Not only will businesses struggle with lost revenue opportunities, but productivity across the business can suffer if dirty data is left to accrue.
Data cleansing is mostly a manual process which means it may be labor intensive, hard to scale and is dependent on accuracy from those performing the cleanse. Employees who are tasked with data cleansing are then losing hours that could be better spent supporting the business.
Dirty data makes the information being used less reliable, and those who rely on it are forced to spend additional hours manually confirming it to be accurate. And not only can this impact end-users on the ground level, but executives may be unable to make future decisions if they cannot rely on their internal data.
Taking responsibility and cleaning up dirty data
Research from MarkLogic shows that data inaccuracies cost companies between 15 – 25 per cent in revenue, amounting to a sizable $400 billion lost due to dirty data.
When it comes to managing dirty data, it can be challenging for accountants and advisors to determine where the blame falls. But Mr Watson argues that everyone should take some responsibility to allow for greater value to be added back into the company.
“We’re partly to blame if clients have dirty data. What we need to do is be a bit more proactive in engaging with clients and assisting them to get it right the first time so you don’t have to go back over and over.”
“We really want to add value in the role that we play as independent auditor, and if our time is consumed with having to fix things and chase up papers, our time becomes limited. This can lead to overruns, which sees the client upset and then everyone loses in this situation.
“For us to perform our role as the auditor we have to get involved and tell them where things have gone wrong. This involves a little hand holding and looking forward to eliminate dirty data,” said Mr Watson.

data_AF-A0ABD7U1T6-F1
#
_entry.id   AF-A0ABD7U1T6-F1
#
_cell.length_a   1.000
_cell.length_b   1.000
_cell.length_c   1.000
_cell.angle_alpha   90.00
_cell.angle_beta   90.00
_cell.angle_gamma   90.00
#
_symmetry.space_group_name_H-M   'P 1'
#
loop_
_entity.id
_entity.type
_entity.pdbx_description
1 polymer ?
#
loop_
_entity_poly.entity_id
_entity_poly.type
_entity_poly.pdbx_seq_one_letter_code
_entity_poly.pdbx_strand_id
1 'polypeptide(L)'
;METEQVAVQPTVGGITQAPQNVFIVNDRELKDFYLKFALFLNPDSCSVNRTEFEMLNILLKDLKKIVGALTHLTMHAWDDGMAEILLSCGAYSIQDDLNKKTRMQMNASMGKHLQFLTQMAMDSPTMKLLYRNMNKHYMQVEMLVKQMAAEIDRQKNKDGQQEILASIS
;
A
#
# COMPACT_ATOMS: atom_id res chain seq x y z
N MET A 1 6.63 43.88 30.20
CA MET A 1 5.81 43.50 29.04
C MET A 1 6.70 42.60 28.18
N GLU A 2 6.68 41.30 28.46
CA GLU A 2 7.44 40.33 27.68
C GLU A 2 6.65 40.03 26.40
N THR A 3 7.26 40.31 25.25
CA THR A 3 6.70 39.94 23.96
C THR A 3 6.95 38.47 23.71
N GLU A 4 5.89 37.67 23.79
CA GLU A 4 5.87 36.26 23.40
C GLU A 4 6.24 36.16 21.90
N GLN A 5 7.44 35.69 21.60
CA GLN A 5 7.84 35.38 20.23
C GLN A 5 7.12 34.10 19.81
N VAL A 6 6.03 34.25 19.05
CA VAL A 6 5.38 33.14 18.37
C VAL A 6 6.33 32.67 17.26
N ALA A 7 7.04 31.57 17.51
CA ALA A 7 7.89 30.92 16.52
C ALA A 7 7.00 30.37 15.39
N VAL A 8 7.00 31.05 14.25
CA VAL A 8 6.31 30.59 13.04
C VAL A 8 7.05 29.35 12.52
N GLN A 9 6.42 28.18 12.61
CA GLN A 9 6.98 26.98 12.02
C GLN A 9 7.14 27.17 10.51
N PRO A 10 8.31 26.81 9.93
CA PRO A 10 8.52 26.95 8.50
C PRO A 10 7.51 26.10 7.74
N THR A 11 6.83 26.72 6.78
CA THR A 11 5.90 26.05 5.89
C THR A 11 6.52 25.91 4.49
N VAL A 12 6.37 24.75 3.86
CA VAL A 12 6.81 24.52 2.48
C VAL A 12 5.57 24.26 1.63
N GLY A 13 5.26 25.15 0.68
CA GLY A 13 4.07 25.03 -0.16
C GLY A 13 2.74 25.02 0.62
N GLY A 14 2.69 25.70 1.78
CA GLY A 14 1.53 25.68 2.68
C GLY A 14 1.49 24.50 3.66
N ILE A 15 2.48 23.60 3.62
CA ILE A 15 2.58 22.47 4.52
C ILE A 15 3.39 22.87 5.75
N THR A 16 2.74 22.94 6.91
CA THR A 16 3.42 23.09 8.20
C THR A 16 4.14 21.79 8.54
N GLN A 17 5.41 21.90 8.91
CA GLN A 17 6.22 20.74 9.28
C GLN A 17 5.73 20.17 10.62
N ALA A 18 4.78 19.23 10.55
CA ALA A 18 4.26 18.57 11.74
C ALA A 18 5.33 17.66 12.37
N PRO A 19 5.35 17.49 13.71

Thankfully, there are practices that can be put in place to get on top of this growing problem moving forward. Advisers may want to work side-by-side with their clients, or offer recommendations, to help them better manage their data.
“[They] need to be cleaning data continually. One of the first steps you can recommend to clients is simplifying financial statements and getting rid of unnecessary notes that don’t make sense or need to be there.
“Export your client list and do a manual cleansing so it’s as accurate as possible moving forward and you can get the most out of that data. That is a continuous cycle because it can easily get out of control when left unmanaged,” said Mr Watson.
Whether data cleaning occurs biannually, once a quarter or more frequently, involving every department and encouraging them to strive for uniformity in their data entry is a great place to start.
This is where staff training comes into effect. Following a manual cleaning process, staff must be better trained in the process of data entry. The responsibility of which should fall on the client. Human error will occur, but if staff are better engaged with the significance of data quality and how dirty data can hurt the business, it should help to limit future occurrences.
As long as human error may occur, it’s imperative that advisers are more proactive in engaging with clients to ensure they’re manually cleaning their databases and not just relying on the latest technology to maintain accuracy.